Server CPU Targets In-Memory Analytics

Server CPU Targets In-Memory Analytics

Intel's Xeon E7 v2 family (Fig. 1) pushes the top end platform even higher. It is built to live in 32-socket servers. The top end chips have up to 15 processor cores running at 3.4 GHz supporting 30 threads and up to 1.5 Tbytes of memory. It doubles the performance of the initial crop of Xeon E7 products. It gets some of this boost by increasing the number of cores by 50% and increasing cache by 25%. The memory controllers can also switch between lockstep for critical application and performance mode.

Figure 1. Intel's Xeon E7 v2 packs in 15 cores and 128 PCI Express Gen 3 lanes.

Large amounts of memory are key to applications like in-memory analytics. A 32-chip solution would have access to 48 Tbytes of memory. These large solutions require third party interconnect support. The processors have three Quick Path Interconnect (QPI) allowing multichip 2S (socket), 4S and 8S solutions without requiring additional interconnect hardware. The QPI links in the Xeon E7 v2 family run at 8 Gtransactions/s.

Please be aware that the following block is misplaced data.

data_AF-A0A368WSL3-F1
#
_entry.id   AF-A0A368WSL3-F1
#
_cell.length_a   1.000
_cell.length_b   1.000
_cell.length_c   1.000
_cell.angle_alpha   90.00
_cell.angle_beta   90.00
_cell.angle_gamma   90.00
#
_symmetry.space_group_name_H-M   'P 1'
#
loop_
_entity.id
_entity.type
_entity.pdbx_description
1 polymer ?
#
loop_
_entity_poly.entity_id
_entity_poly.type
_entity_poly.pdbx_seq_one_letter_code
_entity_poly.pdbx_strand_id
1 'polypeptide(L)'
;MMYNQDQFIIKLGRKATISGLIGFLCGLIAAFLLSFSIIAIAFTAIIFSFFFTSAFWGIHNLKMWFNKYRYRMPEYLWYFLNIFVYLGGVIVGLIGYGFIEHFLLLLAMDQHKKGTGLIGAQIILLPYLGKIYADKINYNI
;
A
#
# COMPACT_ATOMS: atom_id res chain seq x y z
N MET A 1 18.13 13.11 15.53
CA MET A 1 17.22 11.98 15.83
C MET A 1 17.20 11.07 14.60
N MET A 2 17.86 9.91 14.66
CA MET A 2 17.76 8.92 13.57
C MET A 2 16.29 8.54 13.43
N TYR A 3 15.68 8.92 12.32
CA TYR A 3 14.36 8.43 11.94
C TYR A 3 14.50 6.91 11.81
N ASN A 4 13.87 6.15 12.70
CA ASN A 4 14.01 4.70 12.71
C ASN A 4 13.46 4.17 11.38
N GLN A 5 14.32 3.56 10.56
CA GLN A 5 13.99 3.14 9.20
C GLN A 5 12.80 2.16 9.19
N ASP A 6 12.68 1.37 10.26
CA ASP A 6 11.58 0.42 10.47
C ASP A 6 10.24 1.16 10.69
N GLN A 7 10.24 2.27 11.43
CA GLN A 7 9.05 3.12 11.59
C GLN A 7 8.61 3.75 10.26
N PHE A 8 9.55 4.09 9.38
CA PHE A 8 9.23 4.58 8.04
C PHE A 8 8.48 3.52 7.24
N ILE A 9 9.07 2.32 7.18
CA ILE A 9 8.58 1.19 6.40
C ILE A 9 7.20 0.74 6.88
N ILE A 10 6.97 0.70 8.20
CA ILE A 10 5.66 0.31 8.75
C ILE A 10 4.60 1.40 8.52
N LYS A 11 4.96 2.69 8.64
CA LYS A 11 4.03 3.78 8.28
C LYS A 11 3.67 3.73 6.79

The latest crop of processors utilize 128 PCI Express Gen 3 lanes. This provides up to four times the bandwidth of the PCI Express Gen 2-based chips.

Intel's Run Sure technology is designed to increase reliability to 5 nines (99.999%). It includes support for PCIe Live Error Recover (LER). LER helps contain PCI Express errors that would cause a system to crash. The Machine Check Architecture (MCA) Recover Execution Path allows error recovery from potentially fatal errors. This also includes generation of enhanced error log information that can be used for diagnostics and predictive failure analysis.

If you think 48 Tbytes and lots of cores is big then consider that eBay has data sets on the order of 50 petabytes for their millions of users. Other applications are equally memory and performance hungry. The top end chips utilize 155 W and have 37.5 Mbytes of L3 cache. All support Intel's HT (hyperthreading) technology and Turbo Boost technology.

Although clearly targeted at the enterprise and HPC market, the Xeon processor has been increasing used in the embedded space where heavy duty computation is required. This include military application.

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